In a criminal case, the judge will not order the state to pay your attorney fees if you are found not guilty. This is different than a civil case, where it’s not uncommon for a judge to order the losing party to pay the other party’s attorney fees. Often in a civil case, the attorney fees are paid from the judgment at the end of the case, which means that a party doesn’t have to pay attorney fees up front.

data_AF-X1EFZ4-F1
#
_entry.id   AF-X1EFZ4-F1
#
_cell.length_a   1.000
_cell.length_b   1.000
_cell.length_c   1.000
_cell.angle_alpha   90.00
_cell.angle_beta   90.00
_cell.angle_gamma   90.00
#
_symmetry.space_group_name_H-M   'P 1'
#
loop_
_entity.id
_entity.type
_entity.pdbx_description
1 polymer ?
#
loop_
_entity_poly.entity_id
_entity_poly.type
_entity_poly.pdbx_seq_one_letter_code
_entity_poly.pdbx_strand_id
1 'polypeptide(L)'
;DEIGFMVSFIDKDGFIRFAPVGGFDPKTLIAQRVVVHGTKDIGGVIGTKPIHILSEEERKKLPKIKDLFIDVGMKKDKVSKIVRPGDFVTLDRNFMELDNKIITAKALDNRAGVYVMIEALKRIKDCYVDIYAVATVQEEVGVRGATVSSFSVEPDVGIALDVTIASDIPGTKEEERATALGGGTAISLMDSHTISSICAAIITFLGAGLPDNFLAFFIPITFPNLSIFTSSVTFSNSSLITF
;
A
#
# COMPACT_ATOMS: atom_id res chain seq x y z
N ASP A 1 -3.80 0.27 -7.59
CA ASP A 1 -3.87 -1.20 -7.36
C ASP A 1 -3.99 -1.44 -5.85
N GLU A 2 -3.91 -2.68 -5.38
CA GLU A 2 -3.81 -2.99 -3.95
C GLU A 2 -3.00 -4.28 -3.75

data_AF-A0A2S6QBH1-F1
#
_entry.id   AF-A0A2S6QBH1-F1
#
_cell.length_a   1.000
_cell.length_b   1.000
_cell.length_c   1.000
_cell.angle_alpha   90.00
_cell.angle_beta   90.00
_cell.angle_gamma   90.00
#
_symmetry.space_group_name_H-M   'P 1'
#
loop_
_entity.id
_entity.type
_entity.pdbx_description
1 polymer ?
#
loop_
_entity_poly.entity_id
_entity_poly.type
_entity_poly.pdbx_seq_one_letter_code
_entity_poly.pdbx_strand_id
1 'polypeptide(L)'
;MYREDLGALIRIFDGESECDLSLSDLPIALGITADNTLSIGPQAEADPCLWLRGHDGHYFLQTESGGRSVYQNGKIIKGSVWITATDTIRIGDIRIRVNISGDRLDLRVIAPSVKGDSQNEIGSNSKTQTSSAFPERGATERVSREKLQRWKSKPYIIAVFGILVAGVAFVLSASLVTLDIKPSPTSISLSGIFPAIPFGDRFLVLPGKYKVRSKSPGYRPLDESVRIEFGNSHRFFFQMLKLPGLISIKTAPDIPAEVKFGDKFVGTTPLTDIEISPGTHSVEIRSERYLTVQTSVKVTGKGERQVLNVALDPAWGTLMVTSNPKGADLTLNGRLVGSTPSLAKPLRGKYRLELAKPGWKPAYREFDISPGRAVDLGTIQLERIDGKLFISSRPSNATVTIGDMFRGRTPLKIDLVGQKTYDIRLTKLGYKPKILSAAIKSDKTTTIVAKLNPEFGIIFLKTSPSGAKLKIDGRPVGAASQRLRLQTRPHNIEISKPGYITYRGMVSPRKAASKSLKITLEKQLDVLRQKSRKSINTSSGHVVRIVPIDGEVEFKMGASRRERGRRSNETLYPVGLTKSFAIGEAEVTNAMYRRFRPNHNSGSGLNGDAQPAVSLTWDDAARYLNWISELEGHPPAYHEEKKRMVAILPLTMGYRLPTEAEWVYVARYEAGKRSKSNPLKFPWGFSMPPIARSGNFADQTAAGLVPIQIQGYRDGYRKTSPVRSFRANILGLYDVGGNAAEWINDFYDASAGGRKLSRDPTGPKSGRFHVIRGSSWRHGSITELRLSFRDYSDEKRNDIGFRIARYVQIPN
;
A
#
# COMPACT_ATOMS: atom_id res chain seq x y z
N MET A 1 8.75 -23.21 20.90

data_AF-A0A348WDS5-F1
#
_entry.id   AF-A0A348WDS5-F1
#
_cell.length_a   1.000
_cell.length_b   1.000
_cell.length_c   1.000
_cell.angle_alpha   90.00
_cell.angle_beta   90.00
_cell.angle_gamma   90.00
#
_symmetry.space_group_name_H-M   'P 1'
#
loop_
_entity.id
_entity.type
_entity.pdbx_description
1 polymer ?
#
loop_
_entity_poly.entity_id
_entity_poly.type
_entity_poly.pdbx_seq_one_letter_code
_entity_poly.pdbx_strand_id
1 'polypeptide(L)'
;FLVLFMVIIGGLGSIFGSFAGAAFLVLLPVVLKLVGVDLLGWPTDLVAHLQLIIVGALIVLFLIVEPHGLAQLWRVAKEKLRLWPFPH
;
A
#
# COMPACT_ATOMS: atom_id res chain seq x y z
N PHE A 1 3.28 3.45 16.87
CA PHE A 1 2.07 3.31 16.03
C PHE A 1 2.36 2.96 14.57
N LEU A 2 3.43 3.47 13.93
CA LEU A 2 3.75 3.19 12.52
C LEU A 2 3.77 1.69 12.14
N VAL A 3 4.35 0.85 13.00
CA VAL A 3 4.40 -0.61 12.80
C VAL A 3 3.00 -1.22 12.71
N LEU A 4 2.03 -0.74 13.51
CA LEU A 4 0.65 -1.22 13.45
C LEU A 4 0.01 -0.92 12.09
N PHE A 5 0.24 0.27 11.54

In a criminal case, attorneys do not make money when they “win” a case. They earn their money by zealously representing their clients and using their experience and skills throughout the entire legal process. A private criminal defense attorney will typically request that payment – or at least a portion of the payment – be paid at the time the representation begins. If you cannot afford a private criminal defense attorney, the state will provide you with a public defender.